I hope the next writers resolve some of the previous clues, answer questions about the character’s history and relationship while staying true to the established plot lines.

What sort of writing can we expect from you in future?  Are you currently at work on any writing projects?

I am currently working on two contemporary novels of Christian Fiction which I hope to release in eBook format this year. My first novel, Moonsong, included pieces of original poetry. I also plan to produce some nonfiction work that will be inspirational and informative for parents and singles.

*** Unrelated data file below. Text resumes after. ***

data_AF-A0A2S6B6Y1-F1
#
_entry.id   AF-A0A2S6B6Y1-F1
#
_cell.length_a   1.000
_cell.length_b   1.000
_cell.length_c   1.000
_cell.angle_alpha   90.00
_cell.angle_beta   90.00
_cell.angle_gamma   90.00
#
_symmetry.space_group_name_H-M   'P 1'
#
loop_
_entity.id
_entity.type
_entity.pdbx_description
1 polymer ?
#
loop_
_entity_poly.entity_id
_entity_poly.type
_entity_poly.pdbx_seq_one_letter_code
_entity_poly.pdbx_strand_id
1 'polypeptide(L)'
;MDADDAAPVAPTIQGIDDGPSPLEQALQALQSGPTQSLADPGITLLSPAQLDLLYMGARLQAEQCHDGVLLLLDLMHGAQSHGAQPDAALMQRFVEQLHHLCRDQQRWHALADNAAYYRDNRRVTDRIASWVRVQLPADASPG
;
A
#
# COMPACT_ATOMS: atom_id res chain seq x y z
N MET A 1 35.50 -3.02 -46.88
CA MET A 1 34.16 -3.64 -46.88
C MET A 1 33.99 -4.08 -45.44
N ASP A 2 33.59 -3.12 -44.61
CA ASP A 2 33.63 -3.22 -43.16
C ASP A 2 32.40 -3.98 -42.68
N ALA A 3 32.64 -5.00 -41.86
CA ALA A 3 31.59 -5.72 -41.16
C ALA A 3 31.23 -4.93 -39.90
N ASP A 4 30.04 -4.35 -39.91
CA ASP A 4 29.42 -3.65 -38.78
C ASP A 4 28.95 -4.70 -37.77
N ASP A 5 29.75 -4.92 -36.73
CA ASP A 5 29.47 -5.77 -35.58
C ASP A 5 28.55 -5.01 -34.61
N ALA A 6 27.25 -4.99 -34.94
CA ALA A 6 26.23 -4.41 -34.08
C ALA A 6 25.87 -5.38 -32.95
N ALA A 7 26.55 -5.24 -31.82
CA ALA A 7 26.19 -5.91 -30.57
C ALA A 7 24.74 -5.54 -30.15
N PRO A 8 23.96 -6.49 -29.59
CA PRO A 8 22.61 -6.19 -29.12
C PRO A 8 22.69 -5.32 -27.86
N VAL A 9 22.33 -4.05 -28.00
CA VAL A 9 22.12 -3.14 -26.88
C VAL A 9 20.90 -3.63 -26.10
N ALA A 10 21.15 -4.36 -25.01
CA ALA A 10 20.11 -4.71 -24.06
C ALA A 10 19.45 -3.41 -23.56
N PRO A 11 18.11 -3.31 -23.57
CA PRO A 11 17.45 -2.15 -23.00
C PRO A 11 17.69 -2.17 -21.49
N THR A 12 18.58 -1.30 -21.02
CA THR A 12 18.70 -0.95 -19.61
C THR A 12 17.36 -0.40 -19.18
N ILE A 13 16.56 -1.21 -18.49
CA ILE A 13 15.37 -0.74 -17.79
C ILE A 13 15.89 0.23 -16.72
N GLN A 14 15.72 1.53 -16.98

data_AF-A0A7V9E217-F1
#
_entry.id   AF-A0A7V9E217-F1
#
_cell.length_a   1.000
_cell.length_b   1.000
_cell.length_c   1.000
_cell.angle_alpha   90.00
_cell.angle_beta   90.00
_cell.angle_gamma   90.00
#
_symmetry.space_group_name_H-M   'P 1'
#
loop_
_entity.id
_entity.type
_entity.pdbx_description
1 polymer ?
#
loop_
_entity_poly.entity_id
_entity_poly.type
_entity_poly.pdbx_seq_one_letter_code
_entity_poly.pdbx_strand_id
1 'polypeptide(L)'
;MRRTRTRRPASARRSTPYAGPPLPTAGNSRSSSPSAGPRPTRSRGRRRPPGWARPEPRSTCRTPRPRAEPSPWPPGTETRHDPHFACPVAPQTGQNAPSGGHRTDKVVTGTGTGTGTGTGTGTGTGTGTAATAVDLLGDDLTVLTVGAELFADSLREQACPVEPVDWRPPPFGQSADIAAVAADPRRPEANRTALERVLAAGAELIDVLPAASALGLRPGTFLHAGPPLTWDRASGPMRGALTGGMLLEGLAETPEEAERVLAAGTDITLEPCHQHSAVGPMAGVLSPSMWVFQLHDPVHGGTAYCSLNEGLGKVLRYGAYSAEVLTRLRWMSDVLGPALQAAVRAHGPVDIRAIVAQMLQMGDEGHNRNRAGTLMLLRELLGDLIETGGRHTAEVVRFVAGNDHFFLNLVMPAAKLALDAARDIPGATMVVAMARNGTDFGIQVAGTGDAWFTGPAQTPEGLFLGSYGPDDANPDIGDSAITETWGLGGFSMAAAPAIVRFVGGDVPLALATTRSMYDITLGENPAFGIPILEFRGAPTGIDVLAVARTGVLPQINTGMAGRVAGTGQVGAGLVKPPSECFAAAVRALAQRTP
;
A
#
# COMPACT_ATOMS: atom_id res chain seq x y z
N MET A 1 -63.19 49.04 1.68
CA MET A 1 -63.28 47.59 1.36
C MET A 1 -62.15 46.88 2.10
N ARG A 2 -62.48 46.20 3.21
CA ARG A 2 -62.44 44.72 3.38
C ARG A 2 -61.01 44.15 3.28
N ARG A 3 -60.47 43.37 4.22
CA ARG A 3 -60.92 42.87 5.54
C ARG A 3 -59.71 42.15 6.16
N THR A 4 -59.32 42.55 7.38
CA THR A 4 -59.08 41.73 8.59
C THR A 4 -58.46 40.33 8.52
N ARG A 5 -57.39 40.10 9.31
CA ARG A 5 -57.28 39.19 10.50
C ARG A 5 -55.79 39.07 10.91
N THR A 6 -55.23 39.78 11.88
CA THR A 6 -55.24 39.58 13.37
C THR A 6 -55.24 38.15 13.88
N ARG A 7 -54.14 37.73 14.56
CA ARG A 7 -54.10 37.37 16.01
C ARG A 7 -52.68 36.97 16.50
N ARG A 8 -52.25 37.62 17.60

Lissa Staley

Lissa Staley helps people use the library. She is a Book Evangelist, Health Information Librarian, Trivia Emcee, Classics Made Modern book group leader, NaNoWriMo Municipal Liaison, Community Novel Project leader, HUSH podcaster, and frequent library customer. She reads a new book every few days, but recently enjoyed Words in Deep Blue by Cath Crowley.